Azure Wheel Helpers
This repository holds a collection of wheel helpers designed by the Scikit-HEP project to build Python Wheels on Azure DevOps. This is designed for packages that require building; if you have a pure-Python project, producing a universal wheel is trivial without this helper collection. This collection assumes some standard paths and procedures, though some of them can be customized.
Azure provides manual pipeline triggering and release pipelines, making it slighly better suited for this than GitHub Actions, though otherwise they are very similar.
Supported platforms and caveats
TLDR: Python 2.7, 3.6, 3.7, and 3.8 on all platforms, along with 3.5 on Linux.
|SDist (all)||all||any (non-binary distribution)|
|ManyLinux1||64 & 32-bit||2.7, 3.5, 3.6, 3.7, 3.8|
|ManyLinux2010||64-bit||2.7, 3.5, 3.6, 3.7, 3.8|
|macOS 10.9+||64-bit||2.7, 3.6, 3.7, 3.8|
|Windows||64 & 32-bit||2.7, 3.6, 3.7, 3.8|
- Linux: Python 3.4 is not supported because Numpy does not support it either.
- manylinux1: Optional support for GCC 9.1 using docker image; should work but can't be called directly other compiled extensions unless they do the same thing (think that's the main caveat). Supporting 32 bits because it's there for Numpy and PPA for now.
- manylinux2010: Requires pip 10+ and a version of Linux newer than 2010. This is very new technology. 64-bit only. Eventually this will become the preferred (and then only) way to produce Linux wheels. Optional modern GCC image available.
- MacOS: Uses the dedicated 64 bit 10.9+ Python.org builds. We are not supporting 3.5 because those no longer provide binaries (could use 32+64 fat 10.6+ but really force to 10.9+, but will not be added unless there is a need for it).
- Windows: PyBind11 requires compilation with a newer copy of Visual Studio than Python 2.7's Visual Studio 2008; you need to have the [Visual Studio 2015 distributable][msvc2015] installed (the dll is included in 2017 and 2019, as well).
Azure does not recognize git submodules during the configure phase. Therefore, we are using git subtree instead.
This repository should reside in
/.ci in your project. To add it:
git subtree add --prefix .ci/azure-wheel-helpers firstname.lastname@example.org:scikit-hep/azure-wheel-helpers.git master --squash
You should make a copy of the template pipeline and make local edits:
cp .ci/azure-wheel-helpers/azure-pipeline-build.yml .ci/azure-pipeline-build.yml
Make sure you enable this path in Azure as the pipeline. See the post here for more details.
You must set the variables at the top of this file, and remove any configurations (like Windows) that you do not support:
variables: package_name: my_package # This is the output name, - is replaced by _ many_linux_base: "quay.io/pypa/manylinux1_" # Could also be "skhep/manylinuxgcc-" dev_requirements_file: .ci/azure-wheel-helpers/empty-requirements.txt test_requirements_file: .ci/azure-wheel-helpers/empty-requirements.txt MACOSX_DEPLOYMENT_TARGET: 10.9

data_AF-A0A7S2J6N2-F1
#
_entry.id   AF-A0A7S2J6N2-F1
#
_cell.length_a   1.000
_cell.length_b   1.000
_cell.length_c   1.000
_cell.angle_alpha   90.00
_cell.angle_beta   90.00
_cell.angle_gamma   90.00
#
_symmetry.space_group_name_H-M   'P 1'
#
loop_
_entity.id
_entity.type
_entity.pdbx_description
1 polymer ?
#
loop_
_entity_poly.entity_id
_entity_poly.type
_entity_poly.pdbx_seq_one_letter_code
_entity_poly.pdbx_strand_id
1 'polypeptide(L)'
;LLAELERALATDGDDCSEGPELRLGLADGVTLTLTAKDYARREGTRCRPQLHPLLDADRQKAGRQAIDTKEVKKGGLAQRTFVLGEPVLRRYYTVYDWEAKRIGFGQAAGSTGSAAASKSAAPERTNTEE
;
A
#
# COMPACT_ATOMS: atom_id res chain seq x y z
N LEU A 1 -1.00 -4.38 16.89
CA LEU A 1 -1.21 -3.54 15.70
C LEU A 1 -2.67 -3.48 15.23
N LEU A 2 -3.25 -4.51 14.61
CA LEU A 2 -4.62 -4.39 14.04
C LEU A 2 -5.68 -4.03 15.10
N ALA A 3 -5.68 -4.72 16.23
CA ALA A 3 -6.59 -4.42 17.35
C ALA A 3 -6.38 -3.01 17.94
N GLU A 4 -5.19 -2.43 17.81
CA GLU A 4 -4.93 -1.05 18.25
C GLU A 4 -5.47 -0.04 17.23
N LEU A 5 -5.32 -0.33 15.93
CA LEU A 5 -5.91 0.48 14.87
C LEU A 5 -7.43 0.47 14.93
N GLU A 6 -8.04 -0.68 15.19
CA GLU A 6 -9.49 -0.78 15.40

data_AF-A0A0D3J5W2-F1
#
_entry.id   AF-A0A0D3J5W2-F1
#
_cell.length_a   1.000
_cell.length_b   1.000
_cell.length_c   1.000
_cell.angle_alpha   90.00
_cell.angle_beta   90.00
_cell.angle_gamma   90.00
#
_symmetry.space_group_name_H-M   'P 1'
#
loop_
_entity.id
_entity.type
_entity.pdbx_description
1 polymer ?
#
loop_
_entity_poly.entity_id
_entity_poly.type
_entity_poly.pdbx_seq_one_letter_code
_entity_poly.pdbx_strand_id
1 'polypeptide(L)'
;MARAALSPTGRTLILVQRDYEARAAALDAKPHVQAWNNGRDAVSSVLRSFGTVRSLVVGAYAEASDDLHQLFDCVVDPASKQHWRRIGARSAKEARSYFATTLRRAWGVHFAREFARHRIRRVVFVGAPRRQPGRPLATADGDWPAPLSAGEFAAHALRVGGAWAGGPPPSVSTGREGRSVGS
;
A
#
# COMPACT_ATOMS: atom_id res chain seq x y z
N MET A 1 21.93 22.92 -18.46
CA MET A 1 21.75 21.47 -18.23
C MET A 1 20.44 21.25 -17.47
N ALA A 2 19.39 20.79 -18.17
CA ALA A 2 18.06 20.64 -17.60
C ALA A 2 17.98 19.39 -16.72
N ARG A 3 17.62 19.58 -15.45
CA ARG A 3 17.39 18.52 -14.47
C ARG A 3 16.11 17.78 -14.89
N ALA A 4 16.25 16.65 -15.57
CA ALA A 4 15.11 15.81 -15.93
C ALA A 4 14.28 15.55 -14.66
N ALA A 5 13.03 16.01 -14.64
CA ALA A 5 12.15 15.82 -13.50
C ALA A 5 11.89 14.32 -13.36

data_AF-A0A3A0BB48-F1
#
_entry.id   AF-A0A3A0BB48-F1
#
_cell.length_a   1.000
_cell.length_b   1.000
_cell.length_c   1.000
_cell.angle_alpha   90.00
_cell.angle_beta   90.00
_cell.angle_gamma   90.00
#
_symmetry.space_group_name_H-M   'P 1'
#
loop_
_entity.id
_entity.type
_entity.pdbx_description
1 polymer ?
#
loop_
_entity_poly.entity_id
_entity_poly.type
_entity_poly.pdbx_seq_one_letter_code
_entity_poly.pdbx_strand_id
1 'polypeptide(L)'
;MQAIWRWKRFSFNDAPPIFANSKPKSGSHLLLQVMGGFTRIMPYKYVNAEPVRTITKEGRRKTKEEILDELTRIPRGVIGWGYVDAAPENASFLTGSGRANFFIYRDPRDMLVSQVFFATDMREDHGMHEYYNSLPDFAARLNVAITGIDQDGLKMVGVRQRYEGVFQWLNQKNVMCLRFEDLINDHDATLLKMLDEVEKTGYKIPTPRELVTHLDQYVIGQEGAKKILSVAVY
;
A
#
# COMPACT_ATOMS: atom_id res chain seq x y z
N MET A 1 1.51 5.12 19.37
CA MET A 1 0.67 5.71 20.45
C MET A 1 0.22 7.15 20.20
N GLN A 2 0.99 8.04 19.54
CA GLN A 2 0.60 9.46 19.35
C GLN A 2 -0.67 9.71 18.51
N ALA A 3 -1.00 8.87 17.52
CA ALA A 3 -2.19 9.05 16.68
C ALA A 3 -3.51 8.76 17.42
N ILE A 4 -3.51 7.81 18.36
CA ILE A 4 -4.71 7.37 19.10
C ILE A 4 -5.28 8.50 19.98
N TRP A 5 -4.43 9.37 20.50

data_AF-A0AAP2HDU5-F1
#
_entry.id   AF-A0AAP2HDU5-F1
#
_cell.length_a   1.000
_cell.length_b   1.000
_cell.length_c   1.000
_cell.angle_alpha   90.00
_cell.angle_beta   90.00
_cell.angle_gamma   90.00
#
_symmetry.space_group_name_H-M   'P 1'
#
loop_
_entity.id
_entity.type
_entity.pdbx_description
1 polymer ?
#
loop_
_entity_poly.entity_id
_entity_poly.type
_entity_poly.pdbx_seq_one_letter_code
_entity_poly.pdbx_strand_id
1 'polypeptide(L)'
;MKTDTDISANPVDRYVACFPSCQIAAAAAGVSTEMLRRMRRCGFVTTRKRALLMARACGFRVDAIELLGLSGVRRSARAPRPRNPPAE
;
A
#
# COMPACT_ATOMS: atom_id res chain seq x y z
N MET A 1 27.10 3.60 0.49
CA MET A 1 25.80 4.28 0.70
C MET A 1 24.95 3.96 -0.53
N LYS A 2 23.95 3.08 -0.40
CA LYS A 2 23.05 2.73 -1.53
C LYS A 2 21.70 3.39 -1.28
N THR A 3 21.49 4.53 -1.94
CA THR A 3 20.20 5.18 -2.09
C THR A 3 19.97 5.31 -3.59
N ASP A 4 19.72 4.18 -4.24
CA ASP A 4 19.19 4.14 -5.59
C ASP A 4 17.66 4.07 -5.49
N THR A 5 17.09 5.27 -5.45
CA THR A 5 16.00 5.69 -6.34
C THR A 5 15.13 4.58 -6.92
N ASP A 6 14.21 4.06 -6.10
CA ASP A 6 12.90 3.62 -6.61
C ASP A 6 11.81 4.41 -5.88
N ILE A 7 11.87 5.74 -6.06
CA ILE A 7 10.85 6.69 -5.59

You can adjust the rest of the template as needed. If you need a non-standard
procedure, you can change the target of the
template inputs to a local file.
You must have a
test_requirments file, as the manylinux wheel install test
does not pull requirements when testing, and at least pytest is required.
To update, run:
git subtree pull --prefix .ci/azure-wheel-helpers email@example.com:scikit-hep/azure-wheel-helpers.git master --squash
If you make changes inside the folder and want to contribute back, run:
git subtree push --prefix=.ci/azure-wheel-helpers firstname.lastname@example.org:scikit-hep/azure-wheel-helpers.git my_fixup_branch
As always, you can make a remote to shorten these commands.
Using numpy with Cython
If you build with Cython, you will need to require an older version of Numpy.
Either place this in your
dev_requirements_file (classic builds) or your
pyproject.toml (PEP 517 builds):
numpy==1.11.3; python_version<="3.5" numpy==1.12.1; python_version=="3.6" numpy==1.14.5; python_version=="3.7" numpy==1.17.3; python_version>="3.8"
(Note: most of Scikit-HEP officially requires 1.13.3+, so you can simplify this
with a single
Using PEP 517 builds
For PEP 517 builds, you need to have a pyproject.toml file. Then, for PIP > 10,
the build happens in a custom environment that has only the packages you
request. It replaces the deprecated and mostly non-functional
in setup.py, and even lets you select a build system other than setuptools. If
you just use it as a replacement for
setup_requires, you can still support
pip < 10; users will just have to manually install the requirements (usually
Numpy) beforehand. Here's an example of a Cython PEP 517 build:
[build-system] requires = [ "setuptools>=18.0", "wheel", "Cython>=0.29.13", "numpy==1.13.3; python_version<='3.6'", "numpy==1.14.5; python_version=='3.7'", "numpy==1.17.3; python_version>='3.8'", ]
import numpy and use it, no need to check to see if
it there, etc.
Using Numpy parallel compile
If you have numpy available, you can add parallel compiles trivially:
# Use -j N or set the environment variable NPY_NUM_BUILD_JOBS from numpy.distutils.ccompiler import CCompiler_compile import distutils.ccompiler distutils.ccompiler.CCompiler.compile = CCompiler_compile
Using Cython + Setuptools
setuptools>=18.0, you can now pass
.pyx files directly as sources to
Extension, and they get Cythonized for you! You just need Cython installed.
Copyright (c) 2019, Henry Schreiner.
Distributed under the 3-clause BSD license, see accompanying file LICENSE or https://github.com/scikit-hep/azure-wheel-helpers for details.